The "Lost and Found" desk refers to people who have lost loved
ones, or Houston residents who were trying to locate friends
who came on the buses. There are bulletin boards that filled up
continuously throughout the day, with little notes to lost
loved ones. As well, some folks walked around the stadium holding
up placards, with names on them, hoping the names would be seen
and recognized. Seemed like shades of 911.

Sandy walked up to me, sweating and disappointed. She was a very
large lady (size 4X she told me later). She said this wasn't
at all what she expected, and did not want to stay in the
Astrodome. She was arthritic, and would have a lot of trouble
getting in and out of a low-lying stretcher. She knew one family
in Houston, and felt they would have her stay there, but she
didn't have their telephone number. I called 411 on my cell phone,
found the family, but only got a voicemail. She cried. We
walked her to a chair, then got her a coke, and went to see
about a change of clothes, because all she got out with was
what she had on. I found a 5X shirt in the men's pile of clothes
being given out (the corporate sponsorship everywhere seemed
to be terrific). And we found a VERY large pair of men's jeans.
Sandy wanted to take a shower more than anything. Red Cross
had been giving out a bag of toiletries, but they were all gone.
I saw a family, with two youngsters, and several bags of toiletries,
and asked them if they could spare one bag for a lady who had
nothing. They graciously shared with Sandy, and I felt that
was pretty cool: one family of victims sharing with another.
I went back and tried to call Sandy's friends once again,
but still no reply. More tears. When we left the Astrodome,
we engaged another volunteer to be responsible for Sandy,
to call every hour to try to locate the friends. I felt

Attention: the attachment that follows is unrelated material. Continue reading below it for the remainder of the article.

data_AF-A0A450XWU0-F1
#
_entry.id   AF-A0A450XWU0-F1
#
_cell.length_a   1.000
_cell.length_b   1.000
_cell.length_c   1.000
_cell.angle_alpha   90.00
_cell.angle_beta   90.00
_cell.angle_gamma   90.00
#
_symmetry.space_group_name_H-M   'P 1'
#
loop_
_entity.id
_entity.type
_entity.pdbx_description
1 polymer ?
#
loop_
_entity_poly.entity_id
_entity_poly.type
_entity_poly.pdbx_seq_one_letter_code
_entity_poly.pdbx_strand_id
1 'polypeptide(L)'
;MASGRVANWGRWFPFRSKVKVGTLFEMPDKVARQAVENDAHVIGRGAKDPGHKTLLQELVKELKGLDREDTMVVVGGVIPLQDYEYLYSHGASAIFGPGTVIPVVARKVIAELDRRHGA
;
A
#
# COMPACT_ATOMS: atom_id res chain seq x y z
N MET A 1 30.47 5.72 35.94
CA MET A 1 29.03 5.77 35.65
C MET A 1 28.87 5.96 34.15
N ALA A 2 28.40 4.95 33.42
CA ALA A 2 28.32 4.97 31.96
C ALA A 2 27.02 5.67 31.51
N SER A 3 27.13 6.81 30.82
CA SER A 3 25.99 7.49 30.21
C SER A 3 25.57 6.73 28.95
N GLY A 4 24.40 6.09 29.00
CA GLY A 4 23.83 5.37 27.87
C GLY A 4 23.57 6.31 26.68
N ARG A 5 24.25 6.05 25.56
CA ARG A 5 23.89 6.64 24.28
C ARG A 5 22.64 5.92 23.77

this was definitely the best solution.

Jessica was also very large, but I would say only about 25. She
waved me over as I walked past, and asked if I could bring her
some supper from upstairs because she couldn't walk. Second
Baptist, the largest Baptist church in Houston, stepped
up to the plate, and agreed to arrange food for the thousands of
evacuees in the Astrodome. This is where many of the churches
absolutely shine: they are practical as well as spiritual. She
had stepped on broken glass when she was escaping the flood in
New Orleans, and the foot was infected. We got her food, and she
"inhaled it." My friend got her a wheelchair, and rolled her
to the medical center.

When the nurse arrived, Jessica told him about the foot,
then leaned forward and whispered in his ear. I asked Jessica,
after the nurse was gone, whether she was diabetic. She said
"No, I have AIDS." After I wheeled her into the waiting area,
from where they would take her to the clinic, I asked how she
had escaped the flood. She said she waded for several miles
through water that was between her waist and her neck! During
that incredible wade, she said she came across six bodies!

The need at the Astrodome is very great. But we can make a
difference. Three very young girls ran up and warmly hugged my
friend as she was leaving: a neat little "thank you" at the
end of a hard day for us, but what has turned out to be a
tragedy in the lives of thousands of folks now crammed like
sardines onto the floor of a baseball stadium!